Seminar - Cyclic Stretch Induced Oxidative Injury Increases Alveolar Permeability via ERK-NF-kB Signaling
Date: May 18, 2012
Time: 4:00 PM
Location: Papadakis Integrated Sciences Building, Room: 120
Nurit Davidovich, PhD
Department of Bioengineering
University of Pennsylvania
Mechanical ventilation with high tidal volumes has been associated with pulmonary alveolar flooding. Understanding the mechanisms underlying cyclic stretch-induced increases in alveolar epithelial permeability may be important in designingpreventive measures for acute lung injury. In this work, we sought to assess whether cyclic stretch leads to the generation of reactive oxygen species which, in turn, increase type I epithelial cell monolayer permeability via activation of nuclear factor-kappaB (NF-kB) and extracellular signal-regulated kinase (ERK). High levels of ROS and of superoxide and NO specifically were detected in cells stretched at 37 percent DSA for 10-120 minutes. Exogenous superoxide and NO stimulation each increased epithelial permeability in unstretched cells, which was preventable by the NF-kB inhibitor MG132. Cyclic stretch-induced increase in permeability was decreased by thesuperoxide scavenger Tiron and by MG132. Furthermore, cyclic stretch increased the activation of the NF-kB signaling pathway which was significantly decreasedwith U0126. Our data suggest that cyclic stretch induces oxidative stress, which mediates increases in alveolar epithelial monolayer permeability via NF-kB activation and ERK phosphorylation.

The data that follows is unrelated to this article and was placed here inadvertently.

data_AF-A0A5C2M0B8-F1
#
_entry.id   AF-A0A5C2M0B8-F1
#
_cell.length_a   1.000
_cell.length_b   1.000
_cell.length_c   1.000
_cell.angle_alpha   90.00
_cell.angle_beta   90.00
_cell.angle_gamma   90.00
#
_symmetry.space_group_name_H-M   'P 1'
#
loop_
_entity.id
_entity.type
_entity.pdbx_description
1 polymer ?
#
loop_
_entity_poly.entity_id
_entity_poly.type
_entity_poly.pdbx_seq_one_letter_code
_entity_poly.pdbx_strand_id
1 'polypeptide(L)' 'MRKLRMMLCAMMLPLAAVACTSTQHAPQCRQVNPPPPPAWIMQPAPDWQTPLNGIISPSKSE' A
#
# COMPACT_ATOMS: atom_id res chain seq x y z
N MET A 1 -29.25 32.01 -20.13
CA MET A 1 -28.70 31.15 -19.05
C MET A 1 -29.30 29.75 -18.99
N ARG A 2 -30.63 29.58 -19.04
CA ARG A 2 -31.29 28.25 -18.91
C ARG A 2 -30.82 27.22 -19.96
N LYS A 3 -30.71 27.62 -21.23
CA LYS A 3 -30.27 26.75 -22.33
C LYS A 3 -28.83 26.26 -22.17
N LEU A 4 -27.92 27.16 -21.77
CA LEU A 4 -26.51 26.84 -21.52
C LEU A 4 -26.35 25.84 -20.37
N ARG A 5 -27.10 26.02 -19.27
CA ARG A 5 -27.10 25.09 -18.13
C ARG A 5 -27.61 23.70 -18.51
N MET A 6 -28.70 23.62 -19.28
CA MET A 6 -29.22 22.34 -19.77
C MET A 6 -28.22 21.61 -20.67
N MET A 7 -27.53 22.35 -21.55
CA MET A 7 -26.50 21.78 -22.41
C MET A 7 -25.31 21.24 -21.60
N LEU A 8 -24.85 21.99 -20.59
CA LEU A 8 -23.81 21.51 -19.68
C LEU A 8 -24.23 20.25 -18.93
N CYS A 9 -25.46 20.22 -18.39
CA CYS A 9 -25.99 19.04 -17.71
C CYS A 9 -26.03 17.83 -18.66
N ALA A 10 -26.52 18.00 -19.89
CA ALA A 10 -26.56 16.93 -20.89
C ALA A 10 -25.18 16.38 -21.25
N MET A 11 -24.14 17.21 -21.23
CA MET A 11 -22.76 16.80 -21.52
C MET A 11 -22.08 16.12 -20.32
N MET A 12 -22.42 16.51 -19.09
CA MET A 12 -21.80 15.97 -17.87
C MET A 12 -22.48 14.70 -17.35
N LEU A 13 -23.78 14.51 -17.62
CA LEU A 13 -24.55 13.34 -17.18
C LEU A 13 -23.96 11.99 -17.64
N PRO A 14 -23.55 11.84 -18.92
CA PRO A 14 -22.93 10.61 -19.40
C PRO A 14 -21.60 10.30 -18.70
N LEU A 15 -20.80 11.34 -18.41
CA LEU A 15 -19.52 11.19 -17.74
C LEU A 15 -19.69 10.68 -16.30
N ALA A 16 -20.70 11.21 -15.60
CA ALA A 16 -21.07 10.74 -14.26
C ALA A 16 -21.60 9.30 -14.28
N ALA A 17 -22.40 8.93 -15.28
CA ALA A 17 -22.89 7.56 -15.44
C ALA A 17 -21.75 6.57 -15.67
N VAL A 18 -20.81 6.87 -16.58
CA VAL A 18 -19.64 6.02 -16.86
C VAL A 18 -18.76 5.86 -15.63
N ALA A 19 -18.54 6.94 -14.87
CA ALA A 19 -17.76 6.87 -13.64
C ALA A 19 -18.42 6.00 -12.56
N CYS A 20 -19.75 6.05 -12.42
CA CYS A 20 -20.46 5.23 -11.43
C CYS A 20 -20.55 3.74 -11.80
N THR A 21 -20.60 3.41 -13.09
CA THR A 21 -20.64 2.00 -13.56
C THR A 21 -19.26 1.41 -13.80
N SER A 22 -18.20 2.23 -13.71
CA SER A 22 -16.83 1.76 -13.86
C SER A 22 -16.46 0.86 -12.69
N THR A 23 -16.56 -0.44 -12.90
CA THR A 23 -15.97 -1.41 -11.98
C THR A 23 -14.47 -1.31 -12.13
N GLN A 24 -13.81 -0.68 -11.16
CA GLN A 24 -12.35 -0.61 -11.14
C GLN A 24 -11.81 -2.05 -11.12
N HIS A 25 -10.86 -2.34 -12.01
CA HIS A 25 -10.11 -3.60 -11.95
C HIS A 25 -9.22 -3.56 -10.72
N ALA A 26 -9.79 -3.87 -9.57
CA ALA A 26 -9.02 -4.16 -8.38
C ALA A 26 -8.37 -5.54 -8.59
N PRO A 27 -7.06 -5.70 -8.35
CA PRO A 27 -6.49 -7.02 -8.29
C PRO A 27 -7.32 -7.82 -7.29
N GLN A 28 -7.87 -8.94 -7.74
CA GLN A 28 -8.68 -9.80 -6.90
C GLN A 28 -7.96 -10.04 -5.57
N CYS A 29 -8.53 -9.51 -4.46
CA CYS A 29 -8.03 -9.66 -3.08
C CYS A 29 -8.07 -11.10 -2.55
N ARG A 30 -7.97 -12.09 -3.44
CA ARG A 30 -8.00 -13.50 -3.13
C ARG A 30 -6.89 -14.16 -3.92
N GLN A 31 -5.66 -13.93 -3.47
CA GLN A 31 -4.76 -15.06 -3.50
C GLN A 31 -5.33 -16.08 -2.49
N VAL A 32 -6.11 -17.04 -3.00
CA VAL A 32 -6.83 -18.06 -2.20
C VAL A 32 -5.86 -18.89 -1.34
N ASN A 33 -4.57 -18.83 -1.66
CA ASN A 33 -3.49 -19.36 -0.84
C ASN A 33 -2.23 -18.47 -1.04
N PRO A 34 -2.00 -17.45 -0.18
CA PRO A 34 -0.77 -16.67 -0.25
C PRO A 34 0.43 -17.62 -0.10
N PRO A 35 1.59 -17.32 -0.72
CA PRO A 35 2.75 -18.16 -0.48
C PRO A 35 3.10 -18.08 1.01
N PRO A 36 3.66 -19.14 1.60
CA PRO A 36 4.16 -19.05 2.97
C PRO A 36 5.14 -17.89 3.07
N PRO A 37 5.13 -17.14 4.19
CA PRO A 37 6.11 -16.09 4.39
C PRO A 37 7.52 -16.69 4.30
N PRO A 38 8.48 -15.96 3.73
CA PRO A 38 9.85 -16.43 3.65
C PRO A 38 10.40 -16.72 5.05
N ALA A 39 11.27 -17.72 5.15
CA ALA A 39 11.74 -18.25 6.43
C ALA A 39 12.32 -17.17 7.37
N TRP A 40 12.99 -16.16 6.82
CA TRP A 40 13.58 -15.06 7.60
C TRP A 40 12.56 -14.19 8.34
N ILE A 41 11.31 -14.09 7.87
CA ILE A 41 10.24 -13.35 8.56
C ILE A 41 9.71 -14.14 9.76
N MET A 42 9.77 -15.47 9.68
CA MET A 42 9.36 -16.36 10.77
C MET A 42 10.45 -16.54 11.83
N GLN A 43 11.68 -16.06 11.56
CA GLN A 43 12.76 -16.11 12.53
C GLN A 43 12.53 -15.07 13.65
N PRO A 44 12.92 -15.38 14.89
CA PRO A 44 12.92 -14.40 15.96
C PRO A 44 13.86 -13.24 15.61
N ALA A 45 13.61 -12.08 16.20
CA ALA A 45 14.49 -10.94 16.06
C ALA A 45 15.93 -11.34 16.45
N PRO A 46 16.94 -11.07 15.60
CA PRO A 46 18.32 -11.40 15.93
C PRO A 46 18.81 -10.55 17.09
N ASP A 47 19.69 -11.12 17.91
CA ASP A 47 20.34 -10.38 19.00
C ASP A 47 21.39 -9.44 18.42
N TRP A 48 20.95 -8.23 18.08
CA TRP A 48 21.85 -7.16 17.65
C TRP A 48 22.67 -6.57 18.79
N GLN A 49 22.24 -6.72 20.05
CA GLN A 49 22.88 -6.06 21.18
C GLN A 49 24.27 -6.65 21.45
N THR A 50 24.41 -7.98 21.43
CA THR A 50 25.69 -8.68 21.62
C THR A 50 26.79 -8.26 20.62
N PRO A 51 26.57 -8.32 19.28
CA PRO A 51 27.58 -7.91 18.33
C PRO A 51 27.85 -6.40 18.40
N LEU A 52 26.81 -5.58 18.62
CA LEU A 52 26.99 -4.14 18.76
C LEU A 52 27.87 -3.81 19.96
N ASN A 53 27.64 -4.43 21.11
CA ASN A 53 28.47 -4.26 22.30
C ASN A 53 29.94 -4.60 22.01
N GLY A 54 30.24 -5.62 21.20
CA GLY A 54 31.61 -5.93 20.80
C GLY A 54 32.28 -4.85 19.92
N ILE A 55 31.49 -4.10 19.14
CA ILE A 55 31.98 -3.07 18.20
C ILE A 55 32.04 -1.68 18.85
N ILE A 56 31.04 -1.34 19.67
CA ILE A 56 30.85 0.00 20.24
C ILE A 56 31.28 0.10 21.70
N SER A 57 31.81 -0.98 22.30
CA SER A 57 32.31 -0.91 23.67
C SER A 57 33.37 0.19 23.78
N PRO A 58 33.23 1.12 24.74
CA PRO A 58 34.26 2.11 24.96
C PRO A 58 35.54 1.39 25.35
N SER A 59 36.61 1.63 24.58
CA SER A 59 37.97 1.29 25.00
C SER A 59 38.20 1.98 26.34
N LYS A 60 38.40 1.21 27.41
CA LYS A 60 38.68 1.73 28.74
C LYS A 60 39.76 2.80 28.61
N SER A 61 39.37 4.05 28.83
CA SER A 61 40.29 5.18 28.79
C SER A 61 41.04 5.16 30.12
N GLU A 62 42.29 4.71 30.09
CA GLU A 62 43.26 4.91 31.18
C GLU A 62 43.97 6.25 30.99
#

Dr. Davidovich is currently a postdoctoral researcher at the University of Pennsylvania, where her main research projects are focused on the investigation of the mechanisms underlying ventilator-induced lung injury. Specifically, she studies oxidative stress and EGF receptor response to cyclic stretch in primary rat alveolar epithelial cells. Her PhD research tested the effects of airflow-induced shear stresses on nasal epithelial cell function. She has gained valuable experience in small animal handling, isolation of primary cells and tissue slices, molecular biology techniques and microscopy, experimental protocol development and data analysis, finite element and numerical computational models, microfabrication, and design and fabrication of mechanical flow systems.
The Papadakis Integrated Sciences Building is located on the northeast corner of 33rd and Chestnut Streets.